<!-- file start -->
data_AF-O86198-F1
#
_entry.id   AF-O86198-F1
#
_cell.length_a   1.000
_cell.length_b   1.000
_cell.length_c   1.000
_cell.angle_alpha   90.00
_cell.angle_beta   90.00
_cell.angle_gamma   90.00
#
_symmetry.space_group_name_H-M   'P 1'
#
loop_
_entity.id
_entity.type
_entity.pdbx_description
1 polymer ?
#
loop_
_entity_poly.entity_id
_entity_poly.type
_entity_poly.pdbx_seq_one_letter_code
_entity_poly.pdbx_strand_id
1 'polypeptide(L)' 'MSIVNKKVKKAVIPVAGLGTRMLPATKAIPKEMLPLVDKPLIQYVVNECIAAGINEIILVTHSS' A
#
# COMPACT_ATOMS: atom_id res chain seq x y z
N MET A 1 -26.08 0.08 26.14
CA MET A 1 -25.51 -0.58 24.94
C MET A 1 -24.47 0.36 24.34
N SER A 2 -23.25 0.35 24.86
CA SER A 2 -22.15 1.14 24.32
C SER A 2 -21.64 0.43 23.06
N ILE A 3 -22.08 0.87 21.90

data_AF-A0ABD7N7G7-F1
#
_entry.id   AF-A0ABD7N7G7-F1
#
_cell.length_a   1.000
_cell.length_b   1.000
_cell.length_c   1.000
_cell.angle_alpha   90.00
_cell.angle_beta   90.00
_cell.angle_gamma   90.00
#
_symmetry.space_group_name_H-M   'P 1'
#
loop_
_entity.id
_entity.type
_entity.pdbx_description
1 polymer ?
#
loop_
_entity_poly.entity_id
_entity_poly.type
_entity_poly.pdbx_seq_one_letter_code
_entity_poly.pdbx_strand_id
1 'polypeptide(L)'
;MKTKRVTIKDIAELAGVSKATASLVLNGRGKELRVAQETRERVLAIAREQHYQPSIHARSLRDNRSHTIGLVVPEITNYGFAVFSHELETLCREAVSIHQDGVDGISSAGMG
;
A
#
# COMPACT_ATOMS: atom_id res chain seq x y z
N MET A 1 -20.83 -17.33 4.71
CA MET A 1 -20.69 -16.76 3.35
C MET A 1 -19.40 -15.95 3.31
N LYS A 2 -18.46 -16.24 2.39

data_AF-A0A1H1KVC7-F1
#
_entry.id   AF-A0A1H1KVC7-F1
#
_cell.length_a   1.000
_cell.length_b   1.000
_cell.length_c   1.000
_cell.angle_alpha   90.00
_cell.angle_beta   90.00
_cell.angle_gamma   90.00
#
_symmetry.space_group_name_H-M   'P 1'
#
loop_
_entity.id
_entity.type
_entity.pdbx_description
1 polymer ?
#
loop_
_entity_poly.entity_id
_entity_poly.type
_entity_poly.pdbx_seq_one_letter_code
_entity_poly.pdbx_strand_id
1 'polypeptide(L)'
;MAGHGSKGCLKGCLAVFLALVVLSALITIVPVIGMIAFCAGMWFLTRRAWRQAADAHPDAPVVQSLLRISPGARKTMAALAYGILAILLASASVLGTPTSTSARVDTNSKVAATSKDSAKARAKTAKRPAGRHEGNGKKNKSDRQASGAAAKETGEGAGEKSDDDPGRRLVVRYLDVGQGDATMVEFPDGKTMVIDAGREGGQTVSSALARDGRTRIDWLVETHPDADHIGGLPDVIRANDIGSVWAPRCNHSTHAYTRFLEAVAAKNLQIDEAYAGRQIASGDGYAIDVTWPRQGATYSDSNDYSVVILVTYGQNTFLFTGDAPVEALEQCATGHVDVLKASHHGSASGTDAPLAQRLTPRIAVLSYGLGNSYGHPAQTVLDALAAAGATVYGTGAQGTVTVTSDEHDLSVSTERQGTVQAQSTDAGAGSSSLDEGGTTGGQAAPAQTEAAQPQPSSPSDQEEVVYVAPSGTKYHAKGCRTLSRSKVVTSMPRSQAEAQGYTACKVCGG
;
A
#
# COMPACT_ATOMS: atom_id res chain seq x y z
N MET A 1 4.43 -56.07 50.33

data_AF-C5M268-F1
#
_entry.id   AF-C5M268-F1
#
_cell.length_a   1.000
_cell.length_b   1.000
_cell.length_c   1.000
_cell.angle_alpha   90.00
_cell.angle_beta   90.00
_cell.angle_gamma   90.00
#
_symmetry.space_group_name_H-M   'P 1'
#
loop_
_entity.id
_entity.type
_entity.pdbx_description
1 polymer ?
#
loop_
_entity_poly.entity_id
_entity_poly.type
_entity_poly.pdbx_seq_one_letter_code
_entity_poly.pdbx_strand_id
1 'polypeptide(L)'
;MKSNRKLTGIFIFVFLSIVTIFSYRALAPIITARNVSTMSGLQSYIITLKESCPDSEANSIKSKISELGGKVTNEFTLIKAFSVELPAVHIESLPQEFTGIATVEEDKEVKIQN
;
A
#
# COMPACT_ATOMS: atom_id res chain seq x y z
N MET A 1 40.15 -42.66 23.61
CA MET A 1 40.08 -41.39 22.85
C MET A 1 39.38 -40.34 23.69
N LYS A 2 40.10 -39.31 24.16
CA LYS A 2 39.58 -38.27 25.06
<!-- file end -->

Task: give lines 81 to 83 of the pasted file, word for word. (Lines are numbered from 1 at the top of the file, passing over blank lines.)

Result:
#
loop_
_entity.id